How are Hispanic families and children, and government at all levels affected by poverty that impacts educational attainment?
When poverty prevents Hispanic families and their children from achieving high levels of academic success, those families are hurt in the long term. Educational attainment is very important for economic success in the United States. People who get college degrees are much more likely to be employed than people who do not. They are likely to make much more money as well. This means that, when poverty prevents Hispanic children from achieving academically, it is making it much more likely that they will be poor just as their parents were. In other words, when poverty causes low levels of educational attainment, it perpetuates poverty in that particular family. This means that the family will face all the difficulties of poverty for yet another generation.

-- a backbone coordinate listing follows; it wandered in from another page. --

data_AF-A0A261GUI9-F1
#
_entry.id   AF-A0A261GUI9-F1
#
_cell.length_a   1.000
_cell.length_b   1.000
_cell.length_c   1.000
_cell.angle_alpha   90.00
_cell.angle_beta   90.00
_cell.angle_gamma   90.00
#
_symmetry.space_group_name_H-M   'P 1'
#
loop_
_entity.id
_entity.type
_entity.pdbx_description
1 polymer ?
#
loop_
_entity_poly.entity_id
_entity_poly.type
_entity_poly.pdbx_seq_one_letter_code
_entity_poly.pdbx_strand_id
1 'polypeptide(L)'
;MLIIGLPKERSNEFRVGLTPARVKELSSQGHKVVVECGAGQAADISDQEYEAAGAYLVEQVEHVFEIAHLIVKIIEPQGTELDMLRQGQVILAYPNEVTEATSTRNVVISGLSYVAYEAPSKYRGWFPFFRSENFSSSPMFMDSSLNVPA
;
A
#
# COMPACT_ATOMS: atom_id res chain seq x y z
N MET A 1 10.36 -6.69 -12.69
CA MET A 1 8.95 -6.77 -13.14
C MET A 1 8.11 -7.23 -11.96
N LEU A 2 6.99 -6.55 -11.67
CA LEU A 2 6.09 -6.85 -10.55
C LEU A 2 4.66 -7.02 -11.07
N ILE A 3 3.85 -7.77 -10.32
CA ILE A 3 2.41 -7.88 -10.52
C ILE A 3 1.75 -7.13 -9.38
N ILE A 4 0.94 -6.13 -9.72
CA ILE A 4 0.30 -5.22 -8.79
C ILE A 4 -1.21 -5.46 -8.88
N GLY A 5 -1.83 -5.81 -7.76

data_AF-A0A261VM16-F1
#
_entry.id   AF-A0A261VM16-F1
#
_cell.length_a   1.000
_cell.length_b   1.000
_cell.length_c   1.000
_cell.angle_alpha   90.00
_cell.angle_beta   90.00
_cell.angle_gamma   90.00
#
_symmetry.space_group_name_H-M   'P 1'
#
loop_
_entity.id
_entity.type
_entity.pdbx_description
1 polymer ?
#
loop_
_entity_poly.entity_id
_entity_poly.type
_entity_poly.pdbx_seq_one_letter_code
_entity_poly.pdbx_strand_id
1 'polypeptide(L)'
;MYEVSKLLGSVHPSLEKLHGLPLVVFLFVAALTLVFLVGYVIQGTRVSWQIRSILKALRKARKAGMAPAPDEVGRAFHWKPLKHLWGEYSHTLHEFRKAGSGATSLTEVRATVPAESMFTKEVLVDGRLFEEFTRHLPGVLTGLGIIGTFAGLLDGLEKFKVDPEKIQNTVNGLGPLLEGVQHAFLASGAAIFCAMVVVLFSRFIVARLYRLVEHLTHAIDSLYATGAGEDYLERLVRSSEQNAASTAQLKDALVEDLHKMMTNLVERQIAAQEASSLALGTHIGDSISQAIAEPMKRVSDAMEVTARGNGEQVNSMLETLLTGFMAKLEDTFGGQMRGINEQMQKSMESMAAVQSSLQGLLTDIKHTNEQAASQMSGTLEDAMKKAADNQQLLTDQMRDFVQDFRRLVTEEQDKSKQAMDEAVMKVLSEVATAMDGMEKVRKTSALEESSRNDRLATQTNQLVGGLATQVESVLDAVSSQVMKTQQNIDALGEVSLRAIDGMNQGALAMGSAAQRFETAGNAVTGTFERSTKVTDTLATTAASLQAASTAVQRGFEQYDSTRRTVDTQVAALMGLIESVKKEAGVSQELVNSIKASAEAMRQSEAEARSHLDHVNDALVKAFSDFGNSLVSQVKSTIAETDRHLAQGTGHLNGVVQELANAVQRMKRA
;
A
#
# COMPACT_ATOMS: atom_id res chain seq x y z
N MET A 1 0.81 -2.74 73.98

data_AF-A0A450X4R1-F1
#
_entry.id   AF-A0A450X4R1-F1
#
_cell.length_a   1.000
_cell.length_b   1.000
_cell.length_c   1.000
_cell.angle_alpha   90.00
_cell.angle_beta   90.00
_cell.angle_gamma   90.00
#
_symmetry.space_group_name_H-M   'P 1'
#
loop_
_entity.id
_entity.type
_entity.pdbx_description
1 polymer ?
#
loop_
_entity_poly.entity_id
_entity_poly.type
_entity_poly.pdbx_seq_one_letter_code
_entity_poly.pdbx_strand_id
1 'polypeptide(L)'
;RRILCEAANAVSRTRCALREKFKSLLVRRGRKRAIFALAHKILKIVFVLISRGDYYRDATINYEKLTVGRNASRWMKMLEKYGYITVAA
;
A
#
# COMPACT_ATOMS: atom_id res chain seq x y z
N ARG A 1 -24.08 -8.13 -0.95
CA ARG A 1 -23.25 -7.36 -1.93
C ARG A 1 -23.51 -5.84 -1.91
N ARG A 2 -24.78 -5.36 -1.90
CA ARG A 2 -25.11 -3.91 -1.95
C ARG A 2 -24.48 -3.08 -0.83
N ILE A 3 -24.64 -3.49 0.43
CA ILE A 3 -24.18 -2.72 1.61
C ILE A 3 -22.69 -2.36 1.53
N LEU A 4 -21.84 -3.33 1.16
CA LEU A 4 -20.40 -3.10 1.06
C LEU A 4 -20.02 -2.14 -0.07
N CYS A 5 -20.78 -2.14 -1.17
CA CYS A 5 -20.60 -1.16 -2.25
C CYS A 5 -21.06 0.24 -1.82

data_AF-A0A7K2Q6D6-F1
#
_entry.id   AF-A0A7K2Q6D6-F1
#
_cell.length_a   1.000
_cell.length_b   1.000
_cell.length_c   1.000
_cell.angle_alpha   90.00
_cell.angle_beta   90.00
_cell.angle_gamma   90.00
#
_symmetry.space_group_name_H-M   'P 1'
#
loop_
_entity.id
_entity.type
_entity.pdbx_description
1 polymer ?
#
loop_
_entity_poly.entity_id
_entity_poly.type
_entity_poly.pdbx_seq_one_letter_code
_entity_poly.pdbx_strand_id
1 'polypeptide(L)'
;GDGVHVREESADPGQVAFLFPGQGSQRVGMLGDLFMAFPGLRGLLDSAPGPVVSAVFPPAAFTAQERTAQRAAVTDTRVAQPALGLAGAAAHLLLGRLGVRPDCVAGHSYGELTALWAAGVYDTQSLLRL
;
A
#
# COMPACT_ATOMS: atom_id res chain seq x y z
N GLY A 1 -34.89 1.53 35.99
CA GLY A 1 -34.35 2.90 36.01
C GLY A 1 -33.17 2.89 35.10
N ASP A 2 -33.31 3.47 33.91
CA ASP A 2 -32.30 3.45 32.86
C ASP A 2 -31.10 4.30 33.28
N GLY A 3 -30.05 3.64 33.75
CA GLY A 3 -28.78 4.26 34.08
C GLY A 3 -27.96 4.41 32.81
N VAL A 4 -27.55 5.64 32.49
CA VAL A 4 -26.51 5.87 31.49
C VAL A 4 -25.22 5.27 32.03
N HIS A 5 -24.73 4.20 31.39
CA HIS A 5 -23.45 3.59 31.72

While the worst impact of this cycle is felt by the people who remain in poverty, there is also an impact on government. When people are poor and uneducated, they are more likely to place burdens on government. They are likely to need various forms of public assistance. They are more likely to commit crimes and get incarcerated. These things all cost money, thereby putting more pressure on governments to come up with the necessary funds. In addition, people who are uneducated and poor are not contributing to government revenues by paying taxes. When people get educated and get good jobs, they pay money in taxes and that helps governments. But these people have been denied good educations and have remained in poverty. Therefore, they cannot contribute financially to government. In short, poor people tend to be a drain on government resources, which means that governments are harmed when many of their people remain poor.
In these ways, both Hispanic families and governments at all levels are harmed if and when poverty prevents Hispanic children from achieving academically.